Case Note

Purpose

The purpose of today’s session was to develop a level of trust through consistent eye contact, active listening unconditional positive regard, and warm acceptance (Jongsma A. E., 2014). The client began to express feelings more freely as rapport and confidence level have been increased. The client will improve his overall emotional and behavioral functioning by actively participating in the therapeutic process.

Intervention

Today’s clinical contact focused on building the level of trust with the client through consistent eye contact active listening, unconditional positive regard, and warm acceptance (2014). The client was asked to describe the various personalities that take control of him and the circumstances under which this occurs. A functional analysis was conducted with the variables associated with the client’s dissociative states. The customer’s level of insight toward presenting problems was assessed. The client was noted to be ambivalent regarding the problems described and is reluctant to address the issues as a concern.

Assessment

Psychological testing was administered to assess the presence and strength. The client has been evaluated for evidence of research-based correlated disorders. The severity of the customer’s impairment has been evaluated to determine the appropriate level of care. The feelings and circumstances that tend to trigger the customer’s dissociation state were explored. The customer’s sources of emotional pain/trauma and feelings of fear, rejection, inadequacy, or abuse were explored. The client was assisted in making an insightful connection between his dissociation disorder and the avoidance of facing unresolved emotional conflicts. As the customer stayed focused on reality, rather than escaping through dissociating, he was reinforced. The client was taught several different relaxation techniques to be used to reduce muscle tension and assist in anxiety management.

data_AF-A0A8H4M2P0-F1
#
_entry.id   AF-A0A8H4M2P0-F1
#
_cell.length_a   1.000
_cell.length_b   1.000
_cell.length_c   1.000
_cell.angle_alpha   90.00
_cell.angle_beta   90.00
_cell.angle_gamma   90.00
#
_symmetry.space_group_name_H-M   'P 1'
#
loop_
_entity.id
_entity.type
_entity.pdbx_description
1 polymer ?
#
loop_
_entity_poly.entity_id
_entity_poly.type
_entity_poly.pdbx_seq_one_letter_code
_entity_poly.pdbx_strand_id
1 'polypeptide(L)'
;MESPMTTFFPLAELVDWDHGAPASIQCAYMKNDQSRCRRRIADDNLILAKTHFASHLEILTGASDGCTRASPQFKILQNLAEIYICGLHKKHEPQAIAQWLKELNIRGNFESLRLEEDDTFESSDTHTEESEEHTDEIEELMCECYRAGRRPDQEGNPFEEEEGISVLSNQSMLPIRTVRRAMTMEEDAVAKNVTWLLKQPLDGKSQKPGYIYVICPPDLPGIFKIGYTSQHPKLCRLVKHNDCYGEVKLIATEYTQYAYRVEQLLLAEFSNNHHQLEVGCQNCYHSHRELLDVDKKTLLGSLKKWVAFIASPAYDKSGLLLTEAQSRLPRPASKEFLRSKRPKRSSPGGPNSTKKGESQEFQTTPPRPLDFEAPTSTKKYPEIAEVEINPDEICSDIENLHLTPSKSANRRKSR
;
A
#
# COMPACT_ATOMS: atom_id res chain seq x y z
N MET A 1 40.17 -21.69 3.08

Treatment Goals and Objectives

Short-term

  1. Kevin will identify each personality and have each one tell its story.
    • The therapist will actively build the level of trust with the client in individual sessions through consistent eye contact, active listening, unconditional positive regard, and warm acceptance to help increase his ability to identify and express feelings.